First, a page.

Chevrons seem to be pretty popular in the paper crafting world these days. I have been having fun creating my own chevron patterns using paper scraps. Here is a card that I made and below you will find a picture tutorial showing you the method I used. Again, this is a method from the quilting world (it's been years since I have done any quilting) and you will find that the possibilities are limitless.
I used this weeks Freshly Made Sketch #75
Supplies - Card is standare A2 size - All products are CTMH except where noted
Paper - Chantilly, For Always, White Daisy & Buttercup CS, Black CS (unknown)
Stamp - Thank You
Ink - Black
Accessories - Black Button (stash), Black Hemp
Chevron Pattern Tutorial:
1) The first thing you need to do is select the papers you want to use. For the card above I used five different papers and for this tutorial I used only three. You can make each paper different or use as few as two. I lay them out to see what looks good together, what effect I want and what order I want to place them in.
In the photo below you will see the strips that I have cut for this pattern. I used a green print, a pink print and a white cardstock. I cut eight of each at 1/4" x 5 1/2" (total of 24 strips) - this gives a finished trim piece of 6 1/4" wide x 4" high (5 1/4" high if you don't trim off the points). If you wanted to use more than three prints then you would adjust the numbers accordingly. You can cut your strips longer, which will give you more chevrons or you can cut more strips which will make your chevrons longer)
2) Now you will adhere these strips to a piece of cardstock (I use a lightweight inexpensive cardstock). I used a two way bonding adhesive, you can use whatever works for you just keep in mind that you need to cover the entire back side of each strip since you will be cutting the strips later. Start gluing down the first strip to the bottom left corner of the cardstock lining up the edges with the bottom and side of the cardstock. Continue gluing down your strips in the order of your pattern making sure that you offset each piece to the right by a 1/4" (if your strips were 1/2" wide which would probably be good for scrapbook pages the offset would be 1/2"). For this pattern I used 4 of each of my three colours.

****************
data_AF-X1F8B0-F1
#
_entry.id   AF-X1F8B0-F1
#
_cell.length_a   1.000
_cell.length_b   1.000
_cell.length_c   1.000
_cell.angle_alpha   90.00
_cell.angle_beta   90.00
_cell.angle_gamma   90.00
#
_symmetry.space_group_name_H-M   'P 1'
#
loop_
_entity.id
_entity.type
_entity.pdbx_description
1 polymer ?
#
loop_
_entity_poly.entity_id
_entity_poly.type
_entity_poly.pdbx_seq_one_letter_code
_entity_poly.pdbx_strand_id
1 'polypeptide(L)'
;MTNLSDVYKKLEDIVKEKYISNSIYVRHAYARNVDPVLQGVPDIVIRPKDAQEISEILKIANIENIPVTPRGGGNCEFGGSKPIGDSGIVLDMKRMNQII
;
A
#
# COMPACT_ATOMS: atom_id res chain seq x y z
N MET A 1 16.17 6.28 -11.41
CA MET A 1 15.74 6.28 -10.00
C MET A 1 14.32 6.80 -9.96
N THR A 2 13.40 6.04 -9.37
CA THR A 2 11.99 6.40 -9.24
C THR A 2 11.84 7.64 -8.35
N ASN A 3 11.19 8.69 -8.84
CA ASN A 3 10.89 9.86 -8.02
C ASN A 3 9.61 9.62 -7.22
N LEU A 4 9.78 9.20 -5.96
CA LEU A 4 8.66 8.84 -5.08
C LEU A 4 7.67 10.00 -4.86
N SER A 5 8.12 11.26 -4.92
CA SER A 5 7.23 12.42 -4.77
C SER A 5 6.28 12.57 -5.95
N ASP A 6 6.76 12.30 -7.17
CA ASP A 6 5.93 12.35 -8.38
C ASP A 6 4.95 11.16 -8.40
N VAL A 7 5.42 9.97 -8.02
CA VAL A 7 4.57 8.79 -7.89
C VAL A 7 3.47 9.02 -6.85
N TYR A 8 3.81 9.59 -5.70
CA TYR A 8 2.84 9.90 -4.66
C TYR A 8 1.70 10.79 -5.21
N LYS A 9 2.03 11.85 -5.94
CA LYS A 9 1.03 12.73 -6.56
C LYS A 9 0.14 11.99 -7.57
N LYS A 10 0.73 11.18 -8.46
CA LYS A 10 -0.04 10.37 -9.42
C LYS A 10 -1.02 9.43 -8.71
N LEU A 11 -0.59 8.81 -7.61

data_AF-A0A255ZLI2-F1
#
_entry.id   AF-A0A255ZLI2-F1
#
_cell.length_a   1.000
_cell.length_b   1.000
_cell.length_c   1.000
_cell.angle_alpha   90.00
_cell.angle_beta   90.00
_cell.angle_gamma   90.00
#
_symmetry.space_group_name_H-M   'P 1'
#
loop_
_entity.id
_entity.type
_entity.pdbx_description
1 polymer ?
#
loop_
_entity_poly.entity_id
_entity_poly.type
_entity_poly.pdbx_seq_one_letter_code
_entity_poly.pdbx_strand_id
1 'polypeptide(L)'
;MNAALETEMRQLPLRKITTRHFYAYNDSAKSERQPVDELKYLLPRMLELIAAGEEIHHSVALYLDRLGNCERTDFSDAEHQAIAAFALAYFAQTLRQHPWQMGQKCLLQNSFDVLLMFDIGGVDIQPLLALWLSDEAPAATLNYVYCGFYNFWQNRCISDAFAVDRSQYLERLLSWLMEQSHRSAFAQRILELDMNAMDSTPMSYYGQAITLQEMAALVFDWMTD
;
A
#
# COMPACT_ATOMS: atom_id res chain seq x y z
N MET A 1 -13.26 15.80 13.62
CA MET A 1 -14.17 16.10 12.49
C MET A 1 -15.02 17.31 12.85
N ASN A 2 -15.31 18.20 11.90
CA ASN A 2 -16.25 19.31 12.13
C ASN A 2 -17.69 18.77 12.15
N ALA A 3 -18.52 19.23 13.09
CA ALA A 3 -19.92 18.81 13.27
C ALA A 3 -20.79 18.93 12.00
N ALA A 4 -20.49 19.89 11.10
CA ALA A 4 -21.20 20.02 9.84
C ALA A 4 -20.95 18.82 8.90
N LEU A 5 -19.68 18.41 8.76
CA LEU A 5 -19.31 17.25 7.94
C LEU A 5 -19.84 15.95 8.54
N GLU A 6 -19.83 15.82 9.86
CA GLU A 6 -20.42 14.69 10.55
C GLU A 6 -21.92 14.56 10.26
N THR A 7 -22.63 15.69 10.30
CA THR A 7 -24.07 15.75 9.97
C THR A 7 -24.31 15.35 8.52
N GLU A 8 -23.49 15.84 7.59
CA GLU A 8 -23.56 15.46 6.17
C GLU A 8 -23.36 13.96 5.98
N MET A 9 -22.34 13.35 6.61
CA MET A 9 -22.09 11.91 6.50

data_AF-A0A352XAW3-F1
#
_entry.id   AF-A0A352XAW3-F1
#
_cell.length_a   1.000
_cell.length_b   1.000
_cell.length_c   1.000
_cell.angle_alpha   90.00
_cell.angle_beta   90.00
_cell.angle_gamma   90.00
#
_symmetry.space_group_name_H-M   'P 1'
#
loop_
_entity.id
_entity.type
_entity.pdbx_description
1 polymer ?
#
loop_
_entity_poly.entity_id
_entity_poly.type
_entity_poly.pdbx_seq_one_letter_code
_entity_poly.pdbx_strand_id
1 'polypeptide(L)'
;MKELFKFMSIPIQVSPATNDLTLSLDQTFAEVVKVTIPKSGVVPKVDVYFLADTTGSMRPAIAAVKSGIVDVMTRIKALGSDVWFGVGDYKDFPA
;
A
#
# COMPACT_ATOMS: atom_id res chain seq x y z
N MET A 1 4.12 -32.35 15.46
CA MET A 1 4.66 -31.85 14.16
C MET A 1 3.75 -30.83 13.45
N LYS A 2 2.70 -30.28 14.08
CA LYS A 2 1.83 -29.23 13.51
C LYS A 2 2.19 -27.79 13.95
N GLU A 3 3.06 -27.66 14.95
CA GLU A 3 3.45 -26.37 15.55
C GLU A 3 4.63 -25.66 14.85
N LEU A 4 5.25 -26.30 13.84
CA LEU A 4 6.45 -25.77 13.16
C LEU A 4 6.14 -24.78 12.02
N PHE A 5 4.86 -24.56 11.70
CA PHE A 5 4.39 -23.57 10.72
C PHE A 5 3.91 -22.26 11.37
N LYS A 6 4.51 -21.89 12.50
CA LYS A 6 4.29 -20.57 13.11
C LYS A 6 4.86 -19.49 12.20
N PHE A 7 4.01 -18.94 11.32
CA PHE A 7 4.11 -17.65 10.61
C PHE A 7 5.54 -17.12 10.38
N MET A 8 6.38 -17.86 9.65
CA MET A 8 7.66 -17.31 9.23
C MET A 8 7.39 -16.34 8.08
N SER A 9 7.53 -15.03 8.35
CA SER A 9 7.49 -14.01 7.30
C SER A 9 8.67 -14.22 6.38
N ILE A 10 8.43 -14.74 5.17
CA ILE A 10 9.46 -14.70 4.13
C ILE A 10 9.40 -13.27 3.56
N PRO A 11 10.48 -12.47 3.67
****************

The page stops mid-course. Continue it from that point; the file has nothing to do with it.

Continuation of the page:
3) Now rotate your cardstock piece 180 degrees and start gluing the rest of your strips to the bottom right hand corner making sure you offset 1/4" to the left and add the strips in the same order as the first.
4) The next step requires trimming your pieces at a 45 degree angle. Remember back if you will to high school math class (this goes quite a way back for me) and those little math sets with the plastic and metal bits. For the life of me I couldn't remember what any of the pieces were called and had to look it up. If you happen to have the plastic right angled triangle piece you can use that (it's actually called a 45 degree set square) or you can make your own. Take a square of cardstock (mine happened to be 5 1/2" x 5 1/2") and cut it exactly in half on a diagonal to give you two right angled triangles as pictured below.
5) Using the triangle you just created you will trim your pieces at a 45 degree angle as shown below. Line up the bottom of the triangle with the bottom of your stacked strips lining up the long side of the triangle with the offset edge moving it over so that you can see all of the corners (this is hard to explain please see the photo below). Make a pencil mark at the top and bottom. Turn paper 180 degrees and repeat on other side. These marks will be used as a guide to trim the piece.
6) Cut the cardstock close to the top strip of your first stacked strip, then using your paper trimmer and the pencil marks as guides trim as shown below. Trim off any excess cardstock.
7) Repeat steps 5 and 6 for the other stacked strip.
8) Now you will cut the above pieces into strips. These can be cut to any width. For my yellow/black card above I cut them 1/2" wide, which worked out really well since I have a full line down my trimmer that I could use as a guide since you can't butt these pieces up to the top of your trimmer. Since I wanted to cut the pink/green pieces at 5/8" wide I created a guide line by adhering a strip of cardstock to my trimmer with glue dots at the 5/8" mark. (you may be tempted to simply measure off and mark 5/8" at the top and bottom of your pieces, but believe me this will not work)
9) Now you can glue these down directly to your project or if you are making a trim piece glue them to a piece of copy paper and trim to the desired size. (I glue them to copy paper rather than cardstock so the finished piece won't get too thick). Below is my finished pattern - I haven't glued it down yet since I haven't decided what I will do with it yet. You can also just add a single chevron to your project.
I hope these instructions made sense. Have fun!